More Than Just Gut Strings

By Erik Petersons on April 5, 2012
Quatuor Mosaiques

Presenting the Quatuor Mosaïques is not just a treat because of their status as one of the principal string quartets performing today.  They hold a unique place among their colleagues as one of the few ensembles to play on period instruments and focus on music during the Classical Period (1750-1830).  But few know the full implications of making the decision to leave 21st century traditions and strive for period performance practice.  It goes way beyond the fact that they use period instruments and gut strings.

After switching their strings, the quartet has developed a distinctive sound through their tuning (a little lower than we’re used to), pitch selection (altering the spacing of their intervals to produce new sound colors), and the technique they employ as they interpret the music.  These changes, aside from trying to be more authentic to the time in which a work was composed, create a new experience for the listener.  You may hear more colorful shapes nuanced textures, or leave with a fresh understanding of a movement.  Either way, it is worth hearing a familiar piece in a new light.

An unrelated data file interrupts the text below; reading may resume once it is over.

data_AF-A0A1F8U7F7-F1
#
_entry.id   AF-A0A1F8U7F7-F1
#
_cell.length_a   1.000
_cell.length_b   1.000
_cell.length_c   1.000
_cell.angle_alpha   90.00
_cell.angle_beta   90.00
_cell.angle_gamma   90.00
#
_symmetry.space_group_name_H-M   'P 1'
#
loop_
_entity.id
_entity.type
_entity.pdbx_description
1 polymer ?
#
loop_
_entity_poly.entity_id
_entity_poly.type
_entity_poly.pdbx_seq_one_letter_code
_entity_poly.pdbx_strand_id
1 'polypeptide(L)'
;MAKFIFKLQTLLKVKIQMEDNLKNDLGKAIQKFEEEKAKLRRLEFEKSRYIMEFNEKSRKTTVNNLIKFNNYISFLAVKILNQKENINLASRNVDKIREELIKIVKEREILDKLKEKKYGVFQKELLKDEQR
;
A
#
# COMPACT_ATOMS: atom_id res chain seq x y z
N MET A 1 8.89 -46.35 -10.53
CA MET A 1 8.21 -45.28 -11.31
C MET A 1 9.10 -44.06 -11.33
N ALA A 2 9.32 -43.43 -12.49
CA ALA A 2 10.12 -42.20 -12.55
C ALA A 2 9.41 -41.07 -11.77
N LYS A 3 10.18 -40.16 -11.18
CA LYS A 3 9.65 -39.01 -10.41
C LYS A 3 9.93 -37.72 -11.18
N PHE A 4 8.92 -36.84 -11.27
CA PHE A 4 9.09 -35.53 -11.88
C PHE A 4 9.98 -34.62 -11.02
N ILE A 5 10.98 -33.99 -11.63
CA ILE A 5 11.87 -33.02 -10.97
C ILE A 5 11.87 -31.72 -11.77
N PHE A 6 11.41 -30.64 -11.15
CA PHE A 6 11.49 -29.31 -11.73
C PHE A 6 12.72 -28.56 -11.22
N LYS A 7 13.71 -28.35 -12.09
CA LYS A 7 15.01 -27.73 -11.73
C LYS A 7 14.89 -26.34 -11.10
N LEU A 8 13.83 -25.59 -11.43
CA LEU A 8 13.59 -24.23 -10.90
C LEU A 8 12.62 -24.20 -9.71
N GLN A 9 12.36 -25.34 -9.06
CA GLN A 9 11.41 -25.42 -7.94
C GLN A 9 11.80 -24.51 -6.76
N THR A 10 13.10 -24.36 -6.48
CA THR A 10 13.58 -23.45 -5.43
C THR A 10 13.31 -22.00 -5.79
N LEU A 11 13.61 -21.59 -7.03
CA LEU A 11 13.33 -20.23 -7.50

The second piece in their performance next Tuesday at the Perelman Theater is Mozart’s well-known Quartet in B-flat Major, K. 458 — subtitled the “Hunt.”  To give you an idea of what you’re in for, listen to the two following renditions of the last movement, first by the Franz Schubert Quartet of Vienna and the second by the Quatuor Mosaïques.  Of course, you won’t be able to experience all the subtle variances through a recording alone.  That’s why live music still sells…and in the case of this quartet, sells out!

To learn more, make sure to catch the pre-concert lecture by Steven Kreinberg at 6:45pm.